In procedures requiring suturing of soft tissue to bone, the suture is first anchored by so-called suture anchors to the bone before suturing of the soft tissue. The prior art includes numerous types of suture anchors adapted to be secured in the bone, sometimes directly in one step and sometimes in pre-drilled holes or tunnels. The term "suture anchor" is used broadly and will be understood to refer to devices having a similar structure even if material other than suture is connected to the device. Some prior art suture anchors are elongated and have annular ribs or radially extending barbs and are required to be pushed or hammered directly into bone or into a pre-formed bone tunnel (exemplified by U.S. Pat. Nos. 5,102,421 (Anspach, Jr.); 5,141,520 (Goble et al.); 5,100,417 (Cerier et al.); 5,224,946 (Hayhurst et al.) and 5,261,914 (Warren)). Pushing an anchor into place has the disadvantage of potential trauma and damage to surrounding bone tissue, and has limited applicability where the location of the bone tunnel or pre-drilled hole is not axially aligned with an arthroscopic portal to permit transmission of the impacting force through an impactor to the anchor. An impacted suture anchor is not easily removable without damaging the bone into which it has been placed. Consequently, threaded suture anchors are often used as exemplified by U.S. Pat. Nos. 5,156,616 (Meadows et al.) and 4,632,100 (Somers et al.). Depending upon the type of threaded anchor, the insertion procedure may enable direct threading of the anchor into the bone or it may sometimes require that a pilot hole first be drilled into the bone, the hole then either enabling an anchor to be screwed in or enabling threads to be tapped to receive the anchor.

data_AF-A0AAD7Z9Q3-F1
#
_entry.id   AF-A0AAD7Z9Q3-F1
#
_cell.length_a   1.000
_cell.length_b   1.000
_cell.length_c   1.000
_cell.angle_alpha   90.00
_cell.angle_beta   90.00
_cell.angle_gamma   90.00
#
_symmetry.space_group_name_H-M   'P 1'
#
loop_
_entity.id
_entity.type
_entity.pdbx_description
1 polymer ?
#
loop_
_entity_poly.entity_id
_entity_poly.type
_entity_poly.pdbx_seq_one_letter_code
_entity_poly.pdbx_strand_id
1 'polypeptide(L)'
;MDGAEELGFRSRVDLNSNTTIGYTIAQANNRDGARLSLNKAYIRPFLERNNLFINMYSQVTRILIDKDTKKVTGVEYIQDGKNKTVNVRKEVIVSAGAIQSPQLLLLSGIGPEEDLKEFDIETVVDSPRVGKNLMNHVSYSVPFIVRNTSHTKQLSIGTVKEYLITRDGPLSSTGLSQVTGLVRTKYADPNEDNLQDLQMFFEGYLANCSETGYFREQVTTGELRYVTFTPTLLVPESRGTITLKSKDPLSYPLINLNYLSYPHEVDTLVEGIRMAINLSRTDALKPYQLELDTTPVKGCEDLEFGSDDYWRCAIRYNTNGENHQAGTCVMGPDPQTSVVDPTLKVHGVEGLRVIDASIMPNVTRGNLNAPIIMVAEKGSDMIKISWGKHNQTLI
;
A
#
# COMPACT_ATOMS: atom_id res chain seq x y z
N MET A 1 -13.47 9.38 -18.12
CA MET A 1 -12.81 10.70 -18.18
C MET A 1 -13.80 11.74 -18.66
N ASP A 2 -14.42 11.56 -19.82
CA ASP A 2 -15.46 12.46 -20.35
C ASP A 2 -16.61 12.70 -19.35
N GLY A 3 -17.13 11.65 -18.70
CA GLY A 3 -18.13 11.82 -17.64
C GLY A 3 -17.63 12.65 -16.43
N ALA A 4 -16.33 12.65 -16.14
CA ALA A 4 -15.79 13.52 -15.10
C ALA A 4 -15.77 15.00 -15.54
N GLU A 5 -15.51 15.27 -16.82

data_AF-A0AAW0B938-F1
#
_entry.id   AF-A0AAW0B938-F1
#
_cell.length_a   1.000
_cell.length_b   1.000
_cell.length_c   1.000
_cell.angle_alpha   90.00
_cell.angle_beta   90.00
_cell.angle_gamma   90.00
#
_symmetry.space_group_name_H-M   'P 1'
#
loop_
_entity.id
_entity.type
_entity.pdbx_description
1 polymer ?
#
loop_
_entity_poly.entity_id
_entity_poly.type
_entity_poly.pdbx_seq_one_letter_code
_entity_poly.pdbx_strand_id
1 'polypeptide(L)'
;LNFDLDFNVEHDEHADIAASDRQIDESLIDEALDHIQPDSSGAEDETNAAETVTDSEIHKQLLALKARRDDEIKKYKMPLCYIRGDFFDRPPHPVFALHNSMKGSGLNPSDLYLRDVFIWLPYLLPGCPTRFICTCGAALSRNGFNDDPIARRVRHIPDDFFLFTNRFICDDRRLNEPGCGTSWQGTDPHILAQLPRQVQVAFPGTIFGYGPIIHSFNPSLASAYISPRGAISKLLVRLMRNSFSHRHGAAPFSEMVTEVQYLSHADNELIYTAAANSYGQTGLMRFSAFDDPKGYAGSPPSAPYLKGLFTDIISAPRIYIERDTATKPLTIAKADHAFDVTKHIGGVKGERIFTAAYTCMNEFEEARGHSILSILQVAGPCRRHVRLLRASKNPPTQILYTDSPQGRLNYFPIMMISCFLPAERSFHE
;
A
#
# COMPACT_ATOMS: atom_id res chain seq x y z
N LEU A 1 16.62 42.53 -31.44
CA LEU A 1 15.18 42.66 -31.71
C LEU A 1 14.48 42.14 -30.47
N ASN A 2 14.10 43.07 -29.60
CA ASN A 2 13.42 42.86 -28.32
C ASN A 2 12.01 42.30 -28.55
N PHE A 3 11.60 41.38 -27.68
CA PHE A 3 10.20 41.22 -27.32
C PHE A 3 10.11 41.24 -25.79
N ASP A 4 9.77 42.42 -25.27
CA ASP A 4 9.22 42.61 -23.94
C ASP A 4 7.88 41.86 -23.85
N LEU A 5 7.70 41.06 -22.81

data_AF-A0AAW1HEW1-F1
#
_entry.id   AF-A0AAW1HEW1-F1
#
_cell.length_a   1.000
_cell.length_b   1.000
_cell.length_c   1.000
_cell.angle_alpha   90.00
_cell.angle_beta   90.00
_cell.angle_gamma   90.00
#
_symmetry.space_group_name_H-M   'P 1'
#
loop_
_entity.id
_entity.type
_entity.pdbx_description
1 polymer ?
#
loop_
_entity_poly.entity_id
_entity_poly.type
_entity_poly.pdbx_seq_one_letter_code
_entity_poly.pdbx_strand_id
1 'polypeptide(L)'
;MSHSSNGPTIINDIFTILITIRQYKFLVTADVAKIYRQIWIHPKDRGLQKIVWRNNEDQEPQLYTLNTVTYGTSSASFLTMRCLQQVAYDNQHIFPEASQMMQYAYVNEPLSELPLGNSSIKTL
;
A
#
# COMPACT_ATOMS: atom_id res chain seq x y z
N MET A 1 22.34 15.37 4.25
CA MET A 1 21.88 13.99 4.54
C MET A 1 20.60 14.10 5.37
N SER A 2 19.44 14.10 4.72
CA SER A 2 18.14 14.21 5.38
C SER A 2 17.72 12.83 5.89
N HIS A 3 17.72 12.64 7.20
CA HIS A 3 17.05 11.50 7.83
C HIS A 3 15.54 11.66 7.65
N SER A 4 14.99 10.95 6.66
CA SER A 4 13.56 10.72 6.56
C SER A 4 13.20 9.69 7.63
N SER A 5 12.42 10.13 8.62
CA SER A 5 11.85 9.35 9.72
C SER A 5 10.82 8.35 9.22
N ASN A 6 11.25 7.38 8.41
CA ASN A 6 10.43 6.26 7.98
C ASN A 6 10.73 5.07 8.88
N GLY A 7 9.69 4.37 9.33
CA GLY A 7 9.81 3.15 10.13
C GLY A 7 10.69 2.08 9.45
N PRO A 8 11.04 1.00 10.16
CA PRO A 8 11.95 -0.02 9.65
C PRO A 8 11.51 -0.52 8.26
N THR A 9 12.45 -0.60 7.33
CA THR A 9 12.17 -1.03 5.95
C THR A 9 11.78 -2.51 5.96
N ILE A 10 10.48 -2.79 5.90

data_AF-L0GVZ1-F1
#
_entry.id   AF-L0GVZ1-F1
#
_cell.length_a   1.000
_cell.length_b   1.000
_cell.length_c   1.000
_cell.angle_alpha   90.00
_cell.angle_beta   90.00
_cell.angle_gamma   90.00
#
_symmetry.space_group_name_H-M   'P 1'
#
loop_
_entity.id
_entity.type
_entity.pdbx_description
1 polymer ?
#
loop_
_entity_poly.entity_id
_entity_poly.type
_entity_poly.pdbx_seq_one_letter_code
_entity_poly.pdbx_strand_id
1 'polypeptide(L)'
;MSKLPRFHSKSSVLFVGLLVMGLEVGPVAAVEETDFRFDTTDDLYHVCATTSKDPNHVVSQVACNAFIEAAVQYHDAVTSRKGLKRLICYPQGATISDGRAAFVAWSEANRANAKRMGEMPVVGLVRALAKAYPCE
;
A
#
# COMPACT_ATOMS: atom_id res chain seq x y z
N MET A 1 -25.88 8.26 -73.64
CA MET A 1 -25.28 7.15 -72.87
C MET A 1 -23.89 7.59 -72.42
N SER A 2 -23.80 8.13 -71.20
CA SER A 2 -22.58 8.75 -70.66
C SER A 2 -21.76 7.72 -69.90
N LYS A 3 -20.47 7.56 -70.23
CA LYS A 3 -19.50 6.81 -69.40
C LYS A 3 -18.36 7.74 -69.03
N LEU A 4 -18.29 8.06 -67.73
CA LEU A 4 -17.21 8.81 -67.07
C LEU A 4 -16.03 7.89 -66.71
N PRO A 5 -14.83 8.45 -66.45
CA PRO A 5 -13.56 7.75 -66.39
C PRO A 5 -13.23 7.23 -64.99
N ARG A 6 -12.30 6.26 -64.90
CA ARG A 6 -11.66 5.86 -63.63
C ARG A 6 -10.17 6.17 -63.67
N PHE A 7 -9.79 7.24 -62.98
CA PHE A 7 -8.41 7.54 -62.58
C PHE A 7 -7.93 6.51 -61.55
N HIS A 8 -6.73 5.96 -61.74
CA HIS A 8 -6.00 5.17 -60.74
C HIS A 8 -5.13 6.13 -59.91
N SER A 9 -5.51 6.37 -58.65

In many instances, the suture anchor needs to be removed. For example, a particular implantation site may turn out to be unsuitable, either because of location or configuration, and the surgeon must either remove the anchor and place it elsewhere, or otherwise vary the procedure. Sometimes the anchor removal must occur after several months of healing so the anchor is overgrown with soft tissue and/or bone. With non-threaded prior art anchors there is no possibility of easily removing the inserted anchor and a second anchor must be inserted either in the same hole or a new hole. Accordingly, two (or possibly more) anchors may be left at the surgical site, only one of which is functional.